Thursday, August 04, 2011

Virginia Gazette Raves About Virginia Wine Tourism

EDITORIAL: Tourism uncorked
Modified: Wednesday, August 3, 2011 7:19 AM EDT
Originally Published: Wednesday, August 03, 2011
Virginia Gazette

The recent debut of Saudé Creek Vineyards in New Kent provided a snapshot of a business woefully unprepared for the crushing interest in its venture. Amid the chaos, however, was a glimpse of a tourism angle that could help greater Williamsburg.

There are now three wineries in a 30-mile radius of Williamsburg, four if you count the storefront Vintner’s Cellars in Yorktown. Working together, they could package tourism in a way that would benefit the wineries, lodgings, restaurants and perhaps even tourist attractions.

Here’s the model to consider. A Hampton Inn & Suites in the Shenandoah Valley has put together a $250 package that offers 2 nights lodging, vouchers for free tastings at four nearby wineries, and a three-course dinner at a local steakhouse. Six businesses stand to benefit from one two-day visit.

The beauty is the simplicity. Wineries are smart enough, or should be, to know that having a competitor nearby is good for business. It’s the same logic that entices Home Depot to locate next to a Lowe’s. If you don’t find what you want at one business, you might at the one across the street.

The public was creating its own wine tour at Saudé Creek. Several familiar faces showed up a few hours later at New Kent Winery, about 5 miles away.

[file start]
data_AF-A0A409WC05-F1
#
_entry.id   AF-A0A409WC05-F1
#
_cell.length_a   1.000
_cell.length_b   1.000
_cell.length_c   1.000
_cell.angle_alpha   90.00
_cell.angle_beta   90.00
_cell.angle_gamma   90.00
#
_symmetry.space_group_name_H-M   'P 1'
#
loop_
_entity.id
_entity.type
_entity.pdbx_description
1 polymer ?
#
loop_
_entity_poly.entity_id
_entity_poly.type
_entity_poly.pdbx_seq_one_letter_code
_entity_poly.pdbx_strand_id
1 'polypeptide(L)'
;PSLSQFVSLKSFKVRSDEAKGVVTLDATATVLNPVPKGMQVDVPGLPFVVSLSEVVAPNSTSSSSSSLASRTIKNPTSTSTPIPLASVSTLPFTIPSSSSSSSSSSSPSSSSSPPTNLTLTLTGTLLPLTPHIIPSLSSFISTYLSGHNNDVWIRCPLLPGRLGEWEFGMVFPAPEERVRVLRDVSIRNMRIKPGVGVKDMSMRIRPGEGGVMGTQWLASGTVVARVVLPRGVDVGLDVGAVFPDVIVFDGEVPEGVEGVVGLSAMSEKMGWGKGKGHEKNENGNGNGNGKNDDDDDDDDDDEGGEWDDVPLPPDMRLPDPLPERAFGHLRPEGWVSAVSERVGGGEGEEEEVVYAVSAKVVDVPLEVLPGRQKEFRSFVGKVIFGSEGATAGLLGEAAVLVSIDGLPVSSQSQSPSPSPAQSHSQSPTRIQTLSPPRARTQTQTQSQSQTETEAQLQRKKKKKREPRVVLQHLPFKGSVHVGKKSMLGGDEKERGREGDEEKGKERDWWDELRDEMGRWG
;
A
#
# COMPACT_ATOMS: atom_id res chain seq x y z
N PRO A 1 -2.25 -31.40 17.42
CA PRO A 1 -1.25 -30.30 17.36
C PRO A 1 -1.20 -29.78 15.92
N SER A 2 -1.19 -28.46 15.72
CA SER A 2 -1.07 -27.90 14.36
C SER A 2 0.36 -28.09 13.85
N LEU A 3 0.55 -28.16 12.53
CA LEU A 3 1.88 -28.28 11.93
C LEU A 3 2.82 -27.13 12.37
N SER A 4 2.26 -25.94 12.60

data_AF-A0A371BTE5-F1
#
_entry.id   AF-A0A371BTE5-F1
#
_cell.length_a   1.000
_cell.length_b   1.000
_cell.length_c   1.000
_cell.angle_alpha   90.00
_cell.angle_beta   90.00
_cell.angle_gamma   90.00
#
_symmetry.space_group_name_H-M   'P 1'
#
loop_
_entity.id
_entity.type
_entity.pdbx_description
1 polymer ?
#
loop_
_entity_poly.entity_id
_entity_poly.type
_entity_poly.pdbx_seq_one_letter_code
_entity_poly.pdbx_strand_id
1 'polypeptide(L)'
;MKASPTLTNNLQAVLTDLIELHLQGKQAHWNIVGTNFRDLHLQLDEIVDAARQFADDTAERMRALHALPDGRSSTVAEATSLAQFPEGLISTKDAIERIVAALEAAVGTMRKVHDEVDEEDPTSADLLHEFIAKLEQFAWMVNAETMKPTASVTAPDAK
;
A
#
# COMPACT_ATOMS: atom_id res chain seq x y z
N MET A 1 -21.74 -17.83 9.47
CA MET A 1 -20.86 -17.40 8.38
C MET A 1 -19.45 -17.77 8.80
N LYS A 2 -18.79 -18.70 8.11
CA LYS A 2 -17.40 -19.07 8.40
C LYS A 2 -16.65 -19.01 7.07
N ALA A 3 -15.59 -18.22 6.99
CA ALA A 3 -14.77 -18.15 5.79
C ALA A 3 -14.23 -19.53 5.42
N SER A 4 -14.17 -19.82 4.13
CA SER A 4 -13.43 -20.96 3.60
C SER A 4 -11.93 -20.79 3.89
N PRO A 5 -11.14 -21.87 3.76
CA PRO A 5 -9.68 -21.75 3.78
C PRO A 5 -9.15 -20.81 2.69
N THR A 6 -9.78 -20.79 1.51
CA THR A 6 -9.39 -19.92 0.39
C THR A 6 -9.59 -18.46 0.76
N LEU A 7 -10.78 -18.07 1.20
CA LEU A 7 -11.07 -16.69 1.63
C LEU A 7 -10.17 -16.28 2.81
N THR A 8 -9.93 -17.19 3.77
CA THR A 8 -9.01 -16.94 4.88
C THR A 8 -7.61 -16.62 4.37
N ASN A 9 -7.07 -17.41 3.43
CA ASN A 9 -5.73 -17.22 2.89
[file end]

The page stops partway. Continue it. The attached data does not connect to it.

The wineries can take it a step further, with food and entertainment. Williamsburg Winery does this at Gabriel Archer Tavern, where the focus is on meals. Vintner’s has caught on with nighttime entertainment.

As in northern California, visiting four wineries in a day is not uncommon here. There are dozens of wineries within an hour’s drive of Charlottes­ville. And Vintage Ohio, a statewide wine festival held in a state park each August, gives attendees an opportunity to sample 100 wines in one night. No bottles are sold inside the festival. Ingeniously, customers must exit through a sales tent, the industry’s equivalent of departing a museum exhibit through the gift shop.

Ohio wineries get it right in another respect. Many offer tasting trays, typically $8-$10 for a medicine dose cup-size sample of up to a dozen wines. Offer a cheese and bread tray for another $10, and people will make an evening of it, and probably take a few bottles home.

Greater Williamsburg could capitalize by offering a package of 2-3 nights lodging. Space the tastings over two nights, visiting the wineries in New Kent one night, then Williamsburg and Yorktown the next. Get restaurants on board for dinners and breakfasts. And local livery companies could latch on with a designated driver service.

Wine tourism is real. Sales of wine in Virginia grew 13% in 2010, according to the Virginia Wine Board. There are already multiple companies offering wine tours across the state. And a week ago Charlottesville hosted a conference of 300 wine bloggers.

One of those bloggers was Huffington Post wine writer Mary Ortlin.

“You get a critical mass of 300 or so bloggers blogging about Virginia wine,” she wrote. “Add in the thousands of tweets all of us sent out while visiting Virginia wineries and tasting Virginia wines... Virginia is on its way to being a player in the wine world.”

There are approximately 190 wineries in Virginia today. The time is ripe to uncork ours for local tourism.

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